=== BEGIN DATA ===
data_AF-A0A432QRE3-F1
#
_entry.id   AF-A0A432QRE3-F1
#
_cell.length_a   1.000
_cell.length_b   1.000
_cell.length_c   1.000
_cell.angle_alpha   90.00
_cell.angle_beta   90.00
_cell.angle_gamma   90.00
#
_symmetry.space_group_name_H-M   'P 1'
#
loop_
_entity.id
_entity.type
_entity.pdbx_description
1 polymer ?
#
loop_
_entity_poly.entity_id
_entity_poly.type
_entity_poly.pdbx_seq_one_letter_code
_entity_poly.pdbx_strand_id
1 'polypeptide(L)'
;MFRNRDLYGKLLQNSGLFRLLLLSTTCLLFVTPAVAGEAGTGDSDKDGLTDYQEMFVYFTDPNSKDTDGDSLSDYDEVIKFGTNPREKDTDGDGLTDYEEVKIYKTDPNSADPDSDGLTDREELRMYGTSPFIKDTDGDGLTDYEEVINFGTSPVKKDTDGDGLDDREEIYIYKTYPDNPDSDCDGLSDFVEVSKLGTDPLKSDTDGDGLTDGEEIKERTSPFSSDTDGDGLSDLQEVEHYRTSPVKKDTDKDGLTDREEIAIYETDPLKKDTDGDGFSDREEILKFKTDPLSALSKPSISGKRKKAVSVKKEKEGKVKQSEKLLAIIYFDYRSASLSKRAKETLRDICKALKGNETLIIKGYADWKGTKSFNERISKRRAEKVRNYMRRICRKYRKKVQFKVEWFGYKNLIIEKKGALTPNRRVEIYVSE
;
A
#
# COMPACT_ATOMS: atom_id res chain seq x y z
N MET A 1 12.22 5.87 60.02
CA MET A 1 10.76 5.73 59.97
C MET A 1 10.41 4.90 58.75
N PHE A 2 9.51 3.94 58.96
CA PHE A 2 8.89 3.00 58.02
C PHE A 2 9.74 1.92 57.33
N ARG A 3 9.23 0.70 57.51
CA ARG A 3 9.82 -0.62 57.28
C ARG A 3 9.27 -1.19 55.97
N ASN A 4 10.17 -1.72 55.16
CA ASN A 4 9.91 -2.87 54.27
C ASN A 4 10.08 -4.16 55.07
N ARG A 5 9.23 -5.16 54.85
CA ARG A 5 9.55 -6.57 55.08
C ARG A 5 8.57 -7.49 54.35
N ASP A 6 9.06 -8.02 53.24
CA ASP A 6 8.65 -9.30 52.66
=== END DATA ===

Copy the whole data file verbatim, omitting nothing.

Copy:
data_AF-A0A432QRE3-F1
#
_entry.id   AF-A0A432QRE3-F1
#
_cell.length_a   1.000
_cell.length_b   1.000
_cell.length_c   1.000
_cell.angle_alpha   90.00
_cell.angle_beta   90.00
_cell.angle_gamma   90.00
#
_symmetry.space_group_name_H-M   'P 1'
#
loop_
_entity.id
_entity.type
_entity.pdbx_description
1 polymer ?
#
loop_
_entity_poly.entity_id
_entity_poly.type
_entity_poly.pdbx_seq_one_letter_code
_entity_poly.pdbx_strand_id
1 'polypeptide(L)'
;MFRNRDLYGKLLQNSGLFRLLLLSTTCLLFVTPAVAGEAGTGDSDKDGLTDYQEMFVYFTDPNSKDTDGDSLSDYDEVIKFGTNPREKDTDGDGLTDYEEVKIYKTDPNSADPDSDGLTDREELRMYGTSPFIKDTDGDGLTDYEEVINFGTSPVKKDTDGDGLDDREEIYIYKTYPDNPDSDCDGLSDFVEVSKLGTDPLKSDTDGDGLTDGEEIKERTSPFSSDTDGDGLSDLQEVEHYRTSPVKKDTDKDGLTDREEIAIYETDPLKKDTDGDGFSDREEILKFKTDPLSALSKPSISGKRKKAVSVKKEKEGKVKQSEKLLAIIYFDYRSASLSKRAKETLRDICKALKGNETLIIKGYADWKGTKSFNERISKRRAEKVRNYMRRICRKYRKKVQFKVEWFGYKNLIIEKKGALTPNRRVEIYVSE
;
A
#
# COMPACT_ATOMS: atom_id res chain seq x y z
N MET A 1 12.22 5.87 60.02
CA MET A 1 10.76 5.73 59.97
C MET A 1 10.41 4.90 58.75
N PHE A 2 9.51 3.94 58.96
CA PHE A 2 8.89 3.00 58.02
C PHE A 2 9.74 1.92 57.33
N ARG A 3 9.23 0.70 57.51
CA ARG A 3 9.82 -0.62 57.28
C ARG A 3 9.27 -1.19 55.97
N ASN A 4 10.17 -1.72 55.16
CA ASN A 4 9.91 -2.87 54.27
C ASN A 4 10.08 -4.16 55.07
N ARG A 5 9.23 -5.16 54.85
CA ARG A 5 9.55 -6.57 55.08
C ARG A 5 8.57 -7.49 54.35
N ASP A 6 9.06 -8.02 53.24
CA ASP A 6 8.65 -9.30 52.66